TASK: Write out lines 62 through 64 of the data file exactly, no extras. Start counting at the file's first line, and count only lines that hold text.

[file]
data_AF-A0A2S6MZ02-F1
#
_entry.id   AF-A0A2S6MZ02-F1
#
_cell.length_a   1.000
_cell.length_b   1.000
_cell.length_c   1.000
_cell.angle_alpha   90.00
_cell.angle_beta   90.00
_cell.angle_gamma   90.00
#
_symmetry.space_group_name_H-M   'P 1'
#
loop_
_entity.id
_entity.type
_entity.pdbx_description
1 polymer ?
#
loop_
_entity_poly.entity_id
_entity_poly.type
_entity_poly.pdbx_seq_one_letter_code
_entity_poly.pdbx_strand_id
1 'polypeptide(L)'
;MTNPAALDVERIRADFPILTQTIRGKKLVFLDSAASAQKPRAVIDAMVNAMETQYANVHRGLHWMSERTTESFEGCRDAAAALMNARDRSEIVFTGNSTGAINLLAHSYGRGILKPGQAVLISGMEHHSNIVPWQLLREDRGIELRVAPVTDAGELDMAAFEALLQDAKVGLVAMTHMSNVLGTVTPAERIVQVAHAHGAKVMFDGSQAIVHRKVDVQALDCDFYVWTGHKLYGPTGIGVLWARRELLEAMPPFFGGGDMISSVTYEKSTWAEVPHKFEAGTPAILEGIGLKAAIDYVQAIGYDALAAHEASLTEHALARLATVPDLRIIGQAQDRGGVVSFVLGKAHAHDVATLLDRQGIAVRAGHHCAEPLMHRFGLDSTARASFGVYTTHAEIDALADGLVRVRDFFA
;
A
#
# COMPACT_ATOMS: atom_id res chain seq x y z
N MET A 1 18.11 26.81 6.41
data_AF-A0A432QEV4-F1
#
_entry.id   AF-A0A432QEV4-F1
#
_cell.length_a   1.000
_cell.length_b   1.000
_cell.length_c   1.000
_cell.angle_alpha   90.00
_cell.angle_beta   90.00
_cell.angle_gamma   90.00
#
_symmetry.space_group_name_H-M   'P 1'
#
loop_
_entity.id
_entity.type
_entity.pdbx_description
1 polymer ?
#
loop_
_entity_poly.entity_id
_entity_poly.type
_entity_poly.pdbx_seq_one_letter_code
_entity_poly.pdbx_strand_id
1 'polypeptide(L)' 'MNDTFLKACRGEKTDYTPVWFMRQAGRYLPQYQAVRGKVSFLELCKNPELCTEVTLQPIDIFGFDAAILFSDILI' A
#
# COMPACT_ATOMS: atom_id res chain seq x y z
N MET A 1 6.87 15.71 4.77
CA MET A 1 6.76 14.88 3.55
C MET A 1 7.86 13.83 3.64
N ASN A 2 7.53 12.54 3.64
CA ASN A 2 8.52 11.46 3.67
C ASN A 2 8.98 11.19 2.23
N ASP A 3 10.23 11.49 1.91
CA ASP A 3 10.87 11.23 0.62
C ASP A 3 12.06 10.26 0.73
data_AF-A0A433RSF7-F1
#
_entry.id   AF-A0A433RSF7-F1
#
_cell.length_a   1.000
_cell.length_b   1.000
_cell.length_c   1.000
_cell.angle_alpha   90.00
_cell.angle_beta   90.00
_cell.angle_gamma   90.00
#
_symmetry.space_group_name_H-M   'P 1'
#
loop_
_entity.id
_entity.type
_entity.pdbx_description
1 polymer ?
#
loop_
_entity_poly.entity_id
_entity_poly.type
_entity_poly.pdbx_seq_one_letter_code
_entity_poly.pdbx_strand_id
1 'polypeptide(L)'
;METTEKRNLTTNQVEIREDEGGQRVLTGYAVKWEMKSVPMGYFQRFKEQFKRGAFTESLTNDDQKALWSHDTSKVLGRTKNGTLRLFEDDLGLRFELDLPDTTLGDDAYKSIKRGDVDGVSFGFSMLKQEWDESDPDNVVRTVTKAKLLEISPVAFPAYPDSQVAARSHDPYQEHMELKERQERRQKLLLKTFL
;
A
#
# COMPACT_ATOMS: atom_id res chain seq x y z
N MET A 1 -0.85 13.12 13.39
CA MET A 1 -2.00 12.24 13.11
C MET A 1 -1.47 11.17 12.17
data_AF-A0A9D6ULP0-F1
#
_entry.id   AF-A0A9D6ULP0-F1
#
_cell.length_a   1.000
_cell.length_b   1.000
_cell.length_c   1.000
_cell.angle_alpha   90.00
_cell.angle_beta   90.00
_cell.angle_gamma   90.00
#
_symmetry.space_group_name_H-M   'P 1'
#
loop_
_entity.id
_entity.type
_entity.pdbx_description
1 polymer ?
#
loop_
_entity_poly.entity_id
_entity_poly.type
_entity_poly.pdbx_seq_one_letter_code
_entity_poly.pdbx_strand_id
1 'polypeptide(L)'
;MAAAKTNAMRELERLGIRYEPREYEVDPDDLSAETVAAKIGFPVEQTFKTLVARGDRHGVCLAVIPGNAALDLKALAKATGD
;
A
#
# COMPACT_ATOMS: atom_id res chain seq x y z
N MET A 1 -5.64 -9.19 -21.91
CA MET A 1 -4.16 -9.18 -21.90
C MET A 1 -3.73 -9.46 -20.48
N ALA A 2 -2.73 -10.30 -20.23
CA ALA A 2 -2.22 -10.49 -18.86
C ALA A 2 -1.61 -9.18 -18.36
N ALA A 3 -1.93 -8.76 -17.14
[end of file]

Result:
N ASN A 2 7.53 12.54 3.64
CA ASN A 2 8.52 11.46 3.67
C ASN A 2 8.98 11.19 2.23